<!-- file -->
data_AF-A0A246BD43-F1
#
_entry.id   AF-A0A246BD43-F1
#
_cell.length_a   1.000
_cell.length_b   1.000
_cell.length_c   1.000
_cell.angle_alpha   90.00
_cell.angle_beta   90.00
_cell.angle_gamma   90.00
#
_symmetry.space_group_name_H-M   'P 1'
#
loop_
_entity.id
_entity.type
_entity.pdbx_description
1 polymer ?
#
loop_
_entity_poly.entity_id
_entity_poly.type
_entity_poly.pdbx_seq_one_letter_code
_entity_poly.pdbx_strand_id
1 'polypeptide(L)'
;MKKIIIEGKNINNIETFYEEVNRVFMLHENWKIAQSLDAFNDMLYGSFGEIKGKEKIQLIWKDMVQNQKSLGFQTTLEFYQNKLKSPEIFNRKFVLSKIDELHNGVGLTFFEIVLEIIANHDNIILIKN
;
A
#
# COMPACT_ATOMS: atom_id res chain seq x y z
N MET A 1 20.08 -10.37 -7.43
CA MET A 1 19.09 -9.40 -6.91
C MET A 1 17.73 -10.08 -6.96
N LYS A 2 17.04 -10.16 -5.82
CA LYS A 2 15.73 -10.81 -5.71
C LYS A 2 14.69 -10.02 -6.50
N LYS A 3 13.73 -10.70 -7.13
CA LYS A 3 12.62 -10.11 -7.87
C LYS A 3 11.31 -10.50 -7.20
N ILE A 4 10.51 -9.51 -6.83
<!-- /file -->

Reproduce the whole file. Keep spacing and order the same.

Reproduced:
data_AF-A0A246BD43-F1
#
_entry.id   AF-A0A246BD43-F1
#
_cell.length_a   1.000
_cell.length_b   1.000
_cell.length_c   1.000
_cell.angle_alpha   90.00
_cell.angle_beta   90.00
_cell.angle_gamma   90.00
#
_symmetry.space_group_name_H-M   'P 1'
#
loop_
_entity.id
_entity.type
_entity.pdbx_description
1 polymer ?
#
loop_
_entity_poly.entity_id
_entity_poly.type
_entity_poly.pdbx_seq_one_letter_code
_entity_poly.pdbx_strand_id
1 'polypeptide(L)'
;MKKIIIEGKNINNIETFYEEVNRVFMLHENWKIAQSLDAFNDMLYGSFGEIKGKEKIQLIWKDMVQNQKSLGFQTTLEFYQNKLKSPEIFNRKFVLSKIDELHNGVGLTFFEIVLEIIANHDNIILIKN
;
A
#
# COMPACT_ATOMS: atom_id res chain seq x y z
N MET A 1 20.08 -10.37 -7.43
CA MET A 1 19.09 -9.40 -6.91
C MET A 1 17.73 -10.08 -6.96
N LYS A 2 17.04 -10.16 -5.82
CA LYS A 2 15.73 -10.81 -5.71
C LYS A 2 14.69 -10.02 -6.50
N LYS A 3 13.73 -10.70 -7.13
CA LYS A 3 12.62 -10.11 -7.87
C LYS A 3 11.31 -10.50 -7.20
N ILE A 4 10.51 -9.51 -6.83